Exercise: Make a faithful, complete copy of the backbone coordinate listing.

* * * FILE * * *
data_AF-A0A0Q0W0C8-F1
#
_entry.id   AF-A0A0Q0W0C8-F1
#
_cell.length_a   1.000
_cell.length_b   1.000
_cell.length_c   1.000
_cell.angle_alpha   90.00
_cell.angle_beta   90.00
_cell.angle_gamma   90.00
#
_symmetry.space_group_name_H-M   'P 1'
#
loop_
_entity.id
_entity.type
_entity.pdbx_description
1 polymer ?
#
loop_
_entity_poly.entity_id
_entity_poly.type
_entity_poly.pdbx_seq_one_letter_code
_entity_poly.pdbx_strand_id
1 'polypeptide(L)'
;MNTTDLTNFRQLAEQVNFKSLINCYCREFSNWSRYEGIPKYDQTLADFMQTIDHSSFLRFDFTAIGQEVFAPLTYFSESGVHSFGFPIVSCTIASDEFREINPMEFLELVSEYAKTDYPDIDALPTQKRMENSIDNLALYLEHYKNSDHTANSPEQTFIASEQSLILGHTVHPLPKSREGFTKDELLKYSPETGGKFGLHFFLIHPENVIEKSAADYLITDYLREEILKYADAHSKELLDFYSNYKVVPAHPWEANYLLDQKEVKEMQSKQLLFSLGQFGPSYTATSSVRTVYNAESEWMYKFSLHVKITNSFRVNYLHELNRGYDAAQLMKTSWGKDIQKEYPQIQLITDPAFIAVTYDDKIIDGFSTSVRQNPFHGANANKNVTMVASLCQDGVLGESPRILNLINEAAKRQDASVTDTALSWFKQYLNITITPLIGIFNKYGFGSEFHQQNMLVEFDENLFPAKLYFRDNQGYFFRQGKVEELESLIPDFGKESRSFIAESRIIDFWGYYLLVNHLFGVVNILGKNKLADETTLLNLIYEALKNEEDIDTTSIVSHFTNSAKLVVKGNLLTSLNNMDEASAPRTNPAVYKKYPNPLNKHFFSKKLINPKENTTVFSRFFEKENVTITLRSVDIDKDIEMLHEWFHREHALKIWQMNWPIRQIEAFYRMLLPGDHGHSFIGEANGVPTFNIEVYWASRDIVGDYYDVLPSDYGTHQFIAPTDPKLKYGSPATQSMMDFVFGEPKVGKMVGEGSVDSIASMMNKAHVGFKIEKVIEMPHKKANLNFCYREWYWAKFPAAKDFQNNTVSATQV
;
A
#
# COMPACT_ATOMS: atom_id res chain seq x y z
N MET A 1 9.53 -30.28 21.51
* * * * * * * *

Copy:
data_AF-A0A0Q0W0C8-F1
#
_entry.id   AF-A0A0Q0W0C8-F1
#
_cell.length_a   1.000
_cell.length_b   1.000
_cell.length_c   1.000
_cell.angle_alpha   90.00
_cell.angle_beta   90.00
_cell.angle_gamma   90.00
#
_symmetry.space_group_name_H-M   'P 1'
#
loop_
_entity.id
_entity.type
_entity.pdbx_description
1 polymer ?
#
loop_
_entity_poly.entity_id
_entity_poly.type
_entity_poly.pdbx_seq_one_letter_code
_entity_poly.pdbx_strand_id
1 'polypeptide(L)'
;MNTTDLTNFRQLAEQVNFKSLINCYCREFSNWSRYEGIPKYDQTLADFMQTIDHSSFLRFDFTAIGQEVFAPLTYFSESGVHSFGFPIVSCTIASDEFREINPMEFLELVSEYAKTDYPDIDALPTQKRMENSIDNLALYLEHYKNSDHTANSPEQTFIASEQSLILGHTVHPLPKSREGFTKDELLKYSPETGGKFGLHFFLIHPENVIEKSAADYLITDYLREEILKYADAHSKELLDFYSNYKVVPAHPWEANYLLDQKEVKEMQSKQLLFSLGQFGPSYTATSSVRTVYNAESEWMYKFSLHVKITNSFRVNYLHELNRGYDAAQLMKTSWGKDIQKEYPQIQLITDPAFIAVTYDDKIIDGFSTSVRQNPFHGANANKNVTMVASLCQDGVLGESPRILNLINEAAKRQDASVTDTALSWFKQYLNITITPLIGIFNKYGFGSEFHQQNMLVEFDENLFPAKLYFRDNQGYFFRQGKVEELESLIPDFGKESRSFIAESRIIDFWGYYLLVNHLFGVVNILGKNKLADETTLLNLIYEALKNEEDIDTTSIVSHFTNSAKLVVKGNLLTSLNNMDEASAPRTNPAVYKKYPNPLNKHFFSKKLINPKENTTVFSRFFEKENVTITLRSVDIDKDIEMLHEWFHREHALKIWQMNWPIRQIEAFYRMLLPGDHGHSFIGEANGVPTFNIEVYWASRDIVGDYYDVLPSDYGTHQFIAPTDPKLKYGSPATQSMMDFVFGEPKVGKMVGEGSVDSIASMMNKAHVGFKIEKVIEMPHKKANLNFCYREWYWAKFPAAKDFQNNTVSATQV
;
A
#
# COMPACT_ATOMS: atom_id res chain seq x y z
N MET A 1 9.53 -30.28 21.51